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The top US general has said China's suspected hypersonic missile test is close to a Sputnik moment, referring to the Soviet satellite launch that sparked the Cold War arms race.
Chairman of the Joint Chiefs of Staff Mark Milley said in an interview with Bloomberg News that the Chinese military is "expanding rapidly".
The Financial Times reported this month that the test stunned the US military.
Beijing denies any missile test, saying instead it was a spacecraft.
"What we saw was a very significant event of a test of a hypersonic weapon system. And it is very concerning," Gen Milley told Bloomberg on Wednesday.
"I don't know if it's quite a Sputnik moment, but I think it's very close to that. It has all of our attention."
- Could China’s hypersonic missile spark a new arms race?
His comment is the first official acknowledgement by the US of claims that China conducted two missile tests over the summer. Reports indicate that it was a nuclear-capable missile that could evade US air defence systems.
The 1957 Soviet satellite launch of Sputnik shocked Americans, who feared that the Soviets were pulling ahead in technological ability.
The event spurred President John F Kennedy to declare that the US would land men on the moon, a goal achieved in less than a decade.
Pentagon spokesman John Kirby refused to comment on the general's remarks at a Wednesday briefing, saying: "This is not a technology that is alien to us, that we haven't been thinking about for a while."
He added that the US is working to strengthen defence systems and pursuing its own hypersonic capabilities.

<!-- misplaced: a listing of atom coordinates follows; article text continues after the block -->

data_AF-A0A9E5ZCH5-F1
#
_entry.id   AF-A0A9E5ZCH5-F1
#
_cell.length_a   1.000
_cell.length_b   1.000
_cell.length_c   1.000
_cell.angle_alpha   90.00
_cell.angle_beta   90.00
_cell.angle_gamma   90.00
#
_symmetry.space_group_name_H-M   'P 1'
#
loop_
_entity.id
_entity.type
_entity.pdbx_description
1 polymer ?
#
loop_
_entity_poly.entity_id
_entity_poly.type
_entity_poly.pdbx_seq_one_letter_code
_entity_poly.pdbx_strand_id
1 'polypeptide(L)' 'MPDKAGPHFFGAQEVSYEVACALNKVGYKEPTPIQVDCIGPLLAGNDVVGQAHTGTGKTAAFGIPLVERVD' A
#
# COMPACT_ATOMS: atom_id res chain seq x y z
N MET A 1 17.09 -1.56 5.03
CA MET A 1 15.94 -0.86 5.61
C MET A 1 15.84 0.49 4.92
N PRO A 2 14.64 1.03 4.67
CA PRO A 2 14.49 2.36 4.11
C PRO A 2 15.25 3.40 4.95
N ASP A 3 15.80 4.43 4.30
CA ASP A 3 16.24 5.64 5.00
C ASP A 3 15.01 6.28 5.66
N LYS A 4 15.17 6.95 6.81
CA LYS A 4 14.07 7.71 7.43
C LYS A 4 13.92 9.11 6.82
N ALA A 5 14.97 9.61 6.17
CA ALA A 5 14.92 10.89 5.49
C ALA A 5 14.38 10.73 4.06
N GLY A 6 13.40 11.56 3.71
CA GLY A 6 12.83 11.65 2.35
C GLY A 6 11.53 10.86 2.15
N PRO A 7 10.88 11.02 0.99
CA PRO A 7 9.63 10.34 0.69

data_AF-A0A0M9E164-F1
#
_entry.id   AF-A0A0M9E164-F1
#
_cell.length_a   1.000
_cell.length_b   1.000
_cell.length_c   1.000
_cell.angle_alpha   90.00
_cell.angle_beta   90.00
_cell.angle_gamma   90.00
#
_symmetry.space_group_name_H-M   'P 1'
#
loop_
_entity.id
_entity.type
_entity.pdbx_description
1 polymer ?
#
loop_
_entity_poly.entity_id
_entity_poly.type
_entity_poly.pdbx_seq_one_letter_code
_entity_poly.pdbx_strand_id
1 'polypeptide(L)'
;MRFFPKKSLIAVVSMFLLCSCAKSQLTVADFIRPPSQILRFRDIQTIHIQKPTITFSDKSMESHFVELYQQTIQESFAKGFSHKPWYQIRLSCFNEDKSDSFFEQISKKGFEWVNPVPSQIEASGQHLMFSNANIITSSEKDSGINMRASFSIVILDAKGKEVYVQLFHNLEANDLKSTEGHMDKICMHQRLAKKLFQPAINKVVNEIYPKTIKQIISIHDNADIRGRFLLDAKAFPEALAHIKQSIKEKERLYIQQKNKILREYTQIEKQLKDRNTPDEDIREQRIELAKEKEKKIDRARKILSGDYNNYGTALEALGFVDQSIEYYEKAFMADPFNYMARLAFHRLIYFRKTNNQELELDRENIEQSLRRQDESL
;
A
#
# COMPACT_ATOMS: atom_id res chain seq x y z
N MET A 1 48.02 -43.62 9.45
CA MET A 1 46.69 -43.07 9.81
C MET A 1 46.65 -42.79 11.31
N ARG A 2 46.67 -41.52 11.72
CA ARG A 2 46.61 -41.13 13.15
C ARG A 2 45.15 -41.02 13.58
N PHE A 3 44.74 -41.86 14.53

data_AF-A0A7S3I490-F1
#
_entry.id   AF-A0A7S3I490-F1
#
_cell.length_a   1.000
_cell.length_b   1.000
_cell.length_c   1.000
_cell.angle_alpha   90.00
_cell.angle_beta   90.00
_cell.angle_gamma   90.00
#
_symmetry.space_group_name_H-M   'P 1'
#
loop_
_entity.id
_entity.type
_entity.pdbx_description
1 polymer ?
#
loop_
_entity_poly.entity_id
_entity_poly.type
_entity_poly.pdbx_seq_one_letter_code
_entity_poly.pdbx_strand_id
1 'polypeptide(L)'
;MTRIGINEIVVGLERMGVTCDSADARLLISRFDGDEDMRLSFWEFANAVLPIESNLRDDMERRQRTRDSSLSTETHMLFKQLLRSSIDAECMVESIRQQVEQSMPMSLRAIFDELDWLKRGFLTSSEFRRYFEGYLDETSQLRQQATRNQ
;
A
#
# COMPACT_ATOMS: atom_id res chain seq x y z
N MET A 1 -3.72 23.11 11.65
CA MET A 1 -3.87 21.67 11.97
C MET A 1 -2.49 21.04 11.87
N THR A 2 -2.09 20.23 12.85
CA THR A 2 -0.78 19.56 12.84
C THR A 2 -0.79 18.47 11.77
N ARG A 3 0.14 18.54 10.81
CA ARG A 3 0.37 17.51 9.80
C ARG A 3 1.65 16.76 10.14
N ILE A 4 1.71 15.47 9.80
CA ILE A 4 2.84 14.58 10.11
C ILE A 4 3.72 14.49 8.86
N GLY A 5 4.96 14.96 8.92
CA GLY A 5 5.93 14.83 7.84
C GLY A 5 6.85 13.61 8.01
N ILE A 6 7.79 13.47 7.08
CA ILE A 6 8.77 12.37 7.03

Hypersonic missiles are capable of travelling at five times the speed of sound.
They are considered more manoeuvrable than conventional missiles and more capable of avoiding interception from air defence.
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Last week the US conducted three hypersonic missiles tests, launched from a Nasa facility in Virginia.
The tests will be used to "inform the development" of future hypersonic missiles, US officials said in a statement.
Gen Milley also warned that the Chinese military has grown "from a peasant-based infantry army that was very, very large in 1979 to a very capable military that covers all the domains and has global ambitions".
According to CNN, CIA Director Bill Burns described China last week as the greatest technological threat to the United States. Earlier this month he said the spy agency would boost its efforts towards China.
President Joe Biden's White House has characterised the US-Chinese relationship as one of "strategic competition".
Gen Milley last month faced calls to resign and was accused of treasonous behaviour after it was reported that he had assured his Chinese counterpart in the last days of the Trump administration that the US would not launch a nuclear strike.
The chairman of the joint chiefs of staff later said the calls were "perfectly within the duties and responsibilities" of his job.